Hey there, time traveller!
This article was published 2/5/2013 (1213 days ago), so information in it may no longer be current.
Angels in America Part 2: Perestroika is a stunning achievement, even if you don't understand half of it.
In its sprawling scope, chaotic structure and epic running time, the conclusion of Tony Kushner's 6 1/2-hour stage saga Gay Fantasia on American Themes is the most demanding piece of theatre this city has ever seen.
Wednesday's opening-night audience attending Winnipeg Jewish Theatre's 3 1/2-hour season-ender was transported from the hell of dying of AIDS to a godless heaven to a merciless America in the late '80s, grappling with an out-of-control gay plague, a looming ecological disaster and a vicious battle between conservatives and liberals for the population's heart and soul.
The challenge of following Kushner's tangled musings about religion, sex and politics is eased by a story that is so fantastically dramatic and told with such an outlandish sense of humour and dark fury that time flies by, relatively.
It is wearying to try to keep up with Kushner's onslaught of language and imagery, but he blesses us with more hearty laughs than most straight-up comedies.
The arrival of a winged creature at the end of part one, Millennium Approaches, which WJT staged a year ago, offered great hope for the world's endless suffering. She drops into the room of failing AIDS victim Prior Walter without any answers as to what ails mankind. It soon becomes apparent she is as confused as humans.
Immediately, Kushner offers a preamble from the oldest living Bolshevik, who demands a new ideology for our "sour little age." A new age is at hand in Perestroika, the Russian term for restructuring, and it can't come quickly enough, as nearly everyone is in pain.
Prior is sick -- perhaps more about being deserted by his lover, Louis, than from AIDS. Louis has taken up with Joe, a Mormon lawyer and protegé of the hissible McCarthyite Roy Cohn, after leaving his wife Harper. Prior and Harper suffer from delusions. AIDS-stricken Cohn is a homosexual-in-denial receiving unwelcome visits from the ghost of Ethel Rosenberg (in real life, Cohn campaigned for her to be executed for treason in 1951).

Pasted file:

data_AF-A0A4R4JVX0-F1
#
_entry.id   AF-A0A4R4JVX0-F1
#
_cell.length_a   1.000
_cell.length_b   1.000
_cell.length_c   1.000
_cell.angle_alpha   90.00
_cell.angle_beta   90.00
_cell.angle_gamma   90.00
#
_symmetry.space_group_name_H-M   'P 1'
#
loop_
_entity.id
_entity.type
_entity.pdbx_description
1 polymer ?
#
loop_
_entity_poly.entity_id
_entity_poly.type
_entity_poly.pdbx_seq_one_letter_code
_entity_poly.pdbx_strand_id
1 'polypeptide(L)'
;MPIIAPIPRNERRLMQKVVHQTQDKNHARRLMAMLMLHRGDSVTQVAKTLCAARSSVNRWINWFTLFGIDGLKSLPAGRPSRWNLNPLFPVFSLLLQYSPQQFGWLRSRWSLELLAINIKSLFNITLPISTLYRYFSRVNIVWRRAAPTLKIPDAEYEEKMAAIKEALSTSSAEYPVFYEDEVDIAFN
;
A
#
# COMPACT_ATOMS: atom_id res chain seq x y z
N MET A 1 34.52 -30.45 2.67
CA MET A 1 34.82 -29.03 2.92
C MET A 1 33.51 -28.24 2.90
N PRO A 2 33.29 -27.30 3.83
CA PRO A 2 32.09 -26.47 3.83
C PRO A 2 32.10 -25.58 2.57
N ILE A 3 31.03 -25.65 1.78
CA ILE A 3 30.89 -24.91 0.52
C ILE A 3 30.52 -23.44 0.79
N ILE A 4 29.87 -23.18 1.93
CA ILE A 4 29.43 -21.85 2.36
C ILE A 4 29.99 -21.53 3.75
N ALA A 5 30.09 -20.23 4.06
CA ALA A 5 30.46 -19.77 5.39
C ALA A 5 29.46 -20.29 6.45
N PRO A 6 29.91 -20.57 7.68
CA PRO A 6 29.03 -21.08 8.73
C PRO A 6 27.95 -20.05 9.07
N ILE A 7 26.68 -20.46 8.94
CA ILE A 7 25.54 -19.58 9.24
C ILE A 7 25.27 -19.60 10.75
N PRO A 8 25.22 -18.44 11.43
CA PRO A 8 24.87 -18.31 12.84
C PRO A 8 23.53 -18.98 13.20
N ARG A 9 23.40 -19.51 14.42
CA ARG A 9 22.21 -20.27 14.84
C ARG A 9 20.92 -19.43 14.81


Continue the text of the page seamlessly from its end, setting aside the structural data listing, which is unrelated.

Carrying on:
It's nearly impossible to encapsulate the myriad plotlines of Perestroika, but it essentially deals with unlikely combinations of people, natural enemies even, coming together and learning from each other and changing each other. Even the bigoted Cohn takes advice from his acid-tongued nurse Belize, a black ex-drag queen with attitude. As old orders are collapsing, Kushner urges an exploration of possibility and responsibility.
The Angel brings news that God abandoned heaven around the time of the great San Francisco earthquake in 1906, apparently intrigued by the ever-evolving lives of mankind. The ability to change makes humans more interesting to the Creator than his angels. The only way God will return to heaven is if Prior can convince all people to stop moving. Prior is not going to do that, as he interprets the order to mean giving in to AIDS and dying. He wrestles with a black-winged angel, ascends to heaven and struggles to keep moving.
It takes courage for any theatre to stage Angels in America in its entirety, not only because of what it demands in resources, but because it risks the reproach of part of its audience unwilling to look at the world through a gay man's eyes. Kudos to WJT for its dedication to bringing to its stage great art, no matter the consequences.
Director Christopher Brauer's vision is again clear-eyed, even as the action ricochets from reality to dream. His cast is across-the-board superb. Ryan Miller, the star of Millennium Approaches, is back in the role of Prior, consistently convincing, whether castigating weak-willed Louis or debating his place in the heavens with Angel. Another returnee the audience was happy to see is Nicholas Rice, who supplies another delicious, scene-stealing portrayal of Cohn as an unrepentant attorney who refuses to succumb to decency, even with death near. Enjoyment of Perestroika spikes with Cohn/Rice on stage.
Mariam Bernstein shows her admirable versatility as Joe's steely mother Hannah, blunt-talking Bolshevik and Ethel Rosenberg, back from the dead to gloat over Cohn's final moments. Jamie Robinson also reprises his fine turn as Belize, the nurturing but sharp-tongued nurse. Marina Stephenson Kerr is suitably angelic. All the replacements actors -- Jordon Pettle (Louis) Erin McGrath (Harper) and Eric Blais (Joe) -- fit in well.
Prior's closing speech lingers in the mind as he refuses the mantle of heavenly prophet: "We won't die secret deaths anymore. We are not going away. The time has come. The great work begins."